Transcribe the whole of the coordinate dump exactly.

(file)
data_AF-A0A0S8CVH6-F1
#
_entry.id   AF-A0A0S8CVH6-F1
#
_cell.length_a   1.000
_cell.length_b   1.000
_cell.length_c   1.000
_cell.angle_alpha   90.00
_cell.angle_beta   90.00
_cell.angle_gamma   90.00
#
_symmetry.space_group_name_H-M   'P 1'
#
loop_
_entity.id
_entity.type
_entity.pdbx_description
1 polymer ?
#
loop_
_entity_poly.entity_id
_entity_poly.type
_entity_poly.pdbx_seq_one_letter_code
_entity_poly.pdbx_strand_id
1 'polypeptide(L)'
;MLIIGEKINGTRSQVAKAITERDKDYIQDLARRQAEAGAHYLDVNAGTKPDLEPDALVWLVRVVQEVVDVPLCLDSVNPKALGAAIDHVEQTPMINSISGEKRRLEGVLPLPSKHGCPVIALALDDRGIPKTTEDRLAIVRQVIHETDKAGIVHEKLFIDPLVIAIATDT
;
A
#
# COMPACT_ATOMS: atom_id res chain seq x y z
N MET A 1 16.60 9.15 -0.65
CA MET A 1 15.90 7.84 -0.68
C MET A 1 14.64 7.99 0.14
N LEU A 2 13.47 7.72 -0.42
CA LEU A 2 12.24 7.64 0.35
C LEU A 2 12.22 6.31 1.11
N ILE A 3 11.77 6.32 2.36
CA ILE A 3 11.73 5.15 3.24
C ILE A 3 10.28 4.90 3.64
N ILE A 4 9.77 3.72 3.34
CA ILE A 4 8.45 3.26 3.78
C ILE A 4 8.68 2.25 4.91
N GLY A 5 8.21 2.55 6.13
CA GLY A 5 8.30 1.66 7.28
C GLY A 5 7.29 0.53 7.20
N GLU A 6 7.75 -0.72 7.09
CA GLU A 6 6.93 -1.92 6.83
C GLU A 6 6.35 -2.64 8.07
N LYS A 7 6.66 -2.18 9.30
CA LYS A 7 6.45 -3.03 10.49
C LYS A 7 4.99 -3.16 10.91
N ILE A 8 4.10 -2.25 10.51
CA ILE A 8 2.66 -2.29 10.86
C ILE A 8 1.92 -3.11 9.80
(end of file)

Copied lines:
data_AF-A0A0S8CVH6-F1
#
_entry.id   AF-A0A0S8CVH6-F1
#
_cell.length_a   1.000
_cell.length_b   1.000
_cell.length_c   1.000
_cell.angle_alpha   90.00
_cell.angle_beta   90.00
_cell.angle_gamma   90.00
#
_symmetry.space_group_name_H-M   'P 1'
#
loop_
_entity.id
_entity.type
_entity.pdbx_description
1 polymer ?
#
loop_
_entity_poly.entity_id
_entity_poly.type
_entity_poly.pdbx_seq_one_letter_code
_entity_poly.pdbx_strand_id
1 'polypeptide(L)'
;MLIIGEKINGTRSQVAKAITERDKDYIQDLARRQAEAGAHYLDVNAGTKPDLEPDALVWLVRVVQEVVDVPLCLDSVNPKALGAAIDHVEQTPMINSISGEKRRLEGVLPLPSKHGCPVIALALDDRGIPKTTEDRLAIVRQVIHETDKAGIVHEKLFIDPLVIAIATDT
;
A
#
# COMPACT_ATOMS: atom_id res chain seq x y z
N MET A 1 16.60 9.15 -0.65
CA MET A 1 15.90 7.84 -0.68
C MET A 1 14.64 7.99 0.14
N LEU A 2 13.47 7.72 -0.42
CA LEU A 2 12.24 7.64 0.35
C LEU A 2 12.22 6.31 1.11
N ILE A 3 11.77 6.32 2.36
CA ILE A 3 11.73 5.15 3.24
C ILE A 3 10.28 4.90 3.64
N ILE A 4 9.77 3.72 3.34
CA ILE A 4 8.45 3.26 3.78
C ILE A 4 8.68 2.25 4.91
N GLY A 5 8.21 2.55 6.13
CA GLY A 5 8.30 1.66 7.28
C GLY A 5 7.29 0.53 7.20
N GLU A 6 7.75 -0.72 7.09
CA GLU A 6 6.93 -1.92 6.83
C GLU A 6 6.35 -2.64 8.07
N LYS A 7 6.66 -2.18 9.30
CA LYS A 7 6.45 -3.03 10.49
C LYS A 7 4.99 -3.16 10.91
N ILE A 8 4.10 -2.25 10.51
CA ILE A 8 2.66 -2.29 10.86
C ILE A 8 1.92 -3.11 9.80